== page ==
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Stress in the workplace: sources, strategies and interventions

The workplace is constantly changing with time. Historical perspectives suggest that major changes in the structure of the workplace, such as the Industrial Revolution and the electronic revolution, have led to a major shift in the fundamental balance between mental and physical components of a typical job.

The general trend of industrial progress has tended to be accompanied by a general reduction in the amount of heavy physical work that needs to be done by humans.

According to von Onciul (1996):
Mental and emotional strain have increased in new working environments that are characterised by lack of time, more uncontrollable factors, background distractions, lack of space, general uncertainty, and more administrative work.

There are a huge number of potential stressors that can generate stress in an individual worker and indeed, the same stressor may well generate different levels of stress in different workers. (Lynch et al 1997). They can be generally categorised as either physical, mental or emotional stressors. In this regard we consider physical stressors in the workplace to be conditions such as noise or heat (or lack of it) and occasionally chemical considerations. Emotional stressors can range from examples such as bullying, sexual harassment or a change of job.

In general terms, stressors tend to be additive in their effect and that effect is usually magnified by chronicity. For example, the stress of going to an important business meeting can be exaggerated considerably if the car breaks down on the way. Equally a job done in a noisy atmosphere will typically produce higher stress levels if the noise is prolonged or constant. (Peter et al 1998)

In terms of our specific considerations of stress in the workplace, we should note that different people, with different values, experiences and differing abilities to adapt to situations, will react to stress in different ways (Vrijkotte et al 2000)

It will become clear, as we examine the evidence, that the stress response is a successful evolutionary adaptation of an organism. In human terms, it is often necessary in order to keep a person both motivated, adaptable and interested in a particular task. As we shall discuss in the context of this dissertation, it is when a person actually becomes over-stressed, when demands made on either mind or body are too high, made over too long a period of time, or are actually more than can be met by an appropriate adaptive response, then the person can exhibit signs of becoming distressed. This may manifest itself in a number of ways which we shall explore. (Macleod et al. 2001)

We shall also discuss the problems encountered by the huge number of variants of both cause and presentation of stress-related symptoms. The causes can be as varied as interpersonal problems with new working colleagues or new managers, or on the other extreme, impending redundancy (or the perceived threat of it), is an equally potent cause of stress-related symptoms. (Morris et al 1994). Something as nebulous as distracting noise in the environment can cause a totally disproportionate stress reaction in a susceptible person. (Marmot et al 1997).

Part of the problem relating to stress in the workplace, is that suffering from stress (particularly the somatic manifestations of stress), is often perceived by some workers as a form of weakness, a lack of stamina or character, or even abject failure, with an associated stigma that goes with failure or an inability to achieve a goal. The realisation that stress in the workplace is often treatable, can be a revelation to some sufferers. They may well have been labouring under the delusion that they had to just get on with it which in its turn may well have lead to more stress and further failure.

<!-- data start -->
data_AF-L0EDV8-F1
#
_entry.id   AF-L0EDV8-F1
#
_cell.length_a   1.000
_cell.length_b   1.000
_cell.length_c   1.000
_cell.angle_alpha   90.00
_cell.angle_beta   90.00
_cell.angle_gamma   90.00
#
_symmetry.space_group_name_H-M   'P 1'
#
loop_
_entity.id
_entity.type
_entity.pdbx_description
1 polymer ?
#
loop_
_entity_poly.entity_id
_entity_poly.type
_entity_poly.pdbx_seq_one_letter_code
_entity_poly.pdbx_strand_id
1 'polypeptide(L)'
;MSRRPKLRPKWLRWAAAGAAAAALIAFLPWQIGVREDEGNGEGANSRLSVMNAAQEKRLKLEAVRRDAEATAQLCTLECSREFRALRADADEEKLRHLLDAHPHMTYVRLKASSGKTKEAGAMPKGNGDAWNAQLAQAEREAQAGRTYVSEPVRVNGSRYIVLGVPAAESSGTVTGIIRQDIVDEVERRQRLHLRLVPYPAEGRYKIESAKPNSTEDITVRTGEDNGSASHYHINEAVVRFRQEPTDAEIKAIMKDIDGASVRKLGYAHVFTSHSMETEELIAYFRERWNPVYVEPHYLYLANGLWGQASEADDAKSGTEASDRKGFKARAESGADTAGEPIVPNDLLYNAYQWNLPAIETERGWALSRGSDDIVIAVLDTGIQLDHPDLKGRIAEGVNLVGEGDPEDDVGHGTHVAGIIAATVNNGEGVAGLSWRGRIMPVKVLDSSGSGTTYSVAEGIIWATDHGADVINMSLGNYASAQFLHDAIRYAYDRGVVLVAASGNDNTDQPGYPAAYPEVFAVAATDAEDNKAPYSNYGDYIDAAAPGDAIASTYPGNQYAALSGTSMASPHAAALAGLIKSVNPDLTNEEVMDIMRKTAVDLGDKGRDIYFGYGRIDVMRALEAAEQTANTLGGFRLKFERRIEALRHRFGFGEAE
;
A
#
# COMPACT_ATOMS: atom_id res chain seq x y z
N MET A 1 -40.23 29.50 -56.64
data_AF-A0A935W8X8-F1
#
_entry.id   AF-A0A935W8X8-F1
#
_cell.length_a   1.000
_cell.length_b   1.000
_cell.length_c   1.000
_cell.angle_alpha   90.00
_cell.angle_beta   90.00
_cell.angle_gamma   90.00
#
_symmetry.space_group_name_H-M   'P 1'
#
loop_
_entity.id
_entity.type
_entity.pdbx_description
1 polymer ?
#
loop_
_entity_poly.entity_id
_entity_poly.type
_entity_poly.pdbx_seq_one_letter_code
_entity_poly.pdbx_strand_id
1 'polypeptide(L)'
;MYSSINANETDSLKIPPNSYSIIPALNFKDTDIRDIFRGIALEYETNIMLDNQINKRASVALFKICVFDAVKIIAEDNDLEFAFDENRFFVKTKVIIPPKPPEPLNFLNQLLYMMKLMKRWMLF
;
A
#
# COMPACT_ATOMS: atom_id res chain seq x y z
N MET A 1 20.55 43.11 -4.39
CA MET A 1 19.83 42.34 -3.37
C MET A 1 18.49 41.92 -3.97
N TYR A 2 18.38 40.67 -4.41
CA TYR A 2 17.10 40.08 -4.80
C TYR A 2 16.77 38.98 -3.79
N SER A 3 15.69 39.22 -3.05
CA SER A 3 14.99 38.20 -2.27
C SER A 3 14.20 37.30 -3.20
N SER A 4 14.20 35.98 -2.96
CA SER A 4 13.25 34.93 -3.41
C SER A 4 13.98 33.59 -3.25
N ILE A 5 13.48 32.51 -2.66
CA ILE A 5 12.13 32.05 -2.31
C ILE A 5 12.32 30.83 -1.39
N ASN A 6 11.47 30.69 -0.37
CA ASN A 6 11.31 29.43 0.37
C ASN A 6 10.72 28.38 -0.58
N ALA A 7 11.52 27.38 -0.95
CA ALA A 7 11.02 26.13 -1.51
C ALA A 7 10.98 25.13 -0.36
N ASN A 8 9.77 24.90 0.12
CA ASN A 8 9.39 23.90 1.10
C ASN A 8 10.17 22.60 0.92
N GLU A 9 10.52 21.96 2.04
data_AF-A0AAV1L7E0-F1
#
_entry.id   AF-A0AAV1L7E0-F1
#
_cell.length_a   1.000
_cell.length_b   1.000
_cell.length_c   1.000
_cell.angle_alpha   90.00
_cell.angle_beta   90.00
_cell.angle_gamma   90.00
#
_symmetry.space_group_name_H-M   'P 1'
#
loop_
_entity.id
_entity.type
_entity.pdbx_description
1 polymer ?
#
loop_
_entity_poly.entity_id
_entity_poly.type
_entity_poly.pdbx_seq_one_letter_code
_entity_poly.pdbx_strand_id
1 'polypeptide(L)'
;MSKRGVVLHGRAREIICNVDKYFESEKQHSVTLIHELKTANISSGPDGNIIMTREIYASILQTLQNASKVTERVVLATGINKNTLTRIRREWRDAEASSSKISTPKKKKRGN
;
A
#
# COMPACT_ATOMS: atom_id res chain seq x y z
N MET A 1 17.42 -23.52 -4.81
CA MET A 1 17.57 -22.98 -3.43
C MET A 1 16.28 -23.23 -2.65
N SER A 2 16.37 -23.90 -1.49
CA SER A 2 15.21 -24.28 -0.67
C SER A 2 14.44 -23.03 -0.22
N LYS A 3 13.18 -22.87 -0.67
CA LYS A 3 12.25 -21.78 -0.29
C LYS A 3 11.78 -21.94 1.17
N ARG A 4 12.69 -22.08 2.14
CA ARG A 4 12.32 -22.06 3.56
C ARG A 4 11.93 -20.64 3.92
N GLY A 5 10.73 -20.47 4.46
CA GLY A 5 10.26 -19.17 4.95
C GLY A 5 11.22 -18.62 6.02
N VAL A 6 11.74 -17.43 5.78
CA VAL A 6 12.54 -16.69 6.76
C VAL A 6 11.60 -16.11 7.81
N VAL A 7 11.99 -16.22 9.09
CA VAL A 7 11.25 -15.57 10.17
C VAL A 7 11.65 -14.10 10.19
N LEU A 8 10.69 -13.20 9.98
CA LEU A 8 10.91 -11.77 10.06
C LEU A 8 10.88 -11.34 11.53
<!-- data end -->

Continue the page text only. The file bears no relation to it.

The pathophysiology of stress

To the man in the street, stress is a sensation that he thinks that he can both recognise and deal with. On a colloquial level, this may, of course be true. If we consider a deeper and more analytical look at the situation we quickly discover that stress is difficult to define, (Brown 2002), has a multitude of different psychological and somatic sequelae, and is coped with and responded to by different people in a multitude of different ways. (Reed et al 1999)

In this dissertation we are primarily concerned with occupational stress, or stress in the workplace. We shall consider its aetiology, its detection, its management, its treatment and the legislation that is designed to both prevent, reduce or control it.

We shall consider the differences between psychological and biological ( physical) stress. These two entities are obviously related, but are clearly different. The reason that stress is difficult to define is that it is manifest by a multitude of different responses to a large number of possible causes. (Crampton et al. 1995)

Crampton's article is a particularly useful starting point for our considerations. It is an impressive tour de force of the current status of stress research. In it, she discusses the evolution of the various definitions of stress. Selye is a name that is frequently seen in matters relating to stress research. Crampton refers to him as the Father of the field). He defines stress as “the non-specific response of the body to any demands made upon it” (Selye 1956).

Anshel, (et al 2001) take this definition and modifies it to include the fact that stress can be considered to be an internal state or a reaction to anything that we perceive as a threat, consciously or unconsciously, whether it is real or imagined.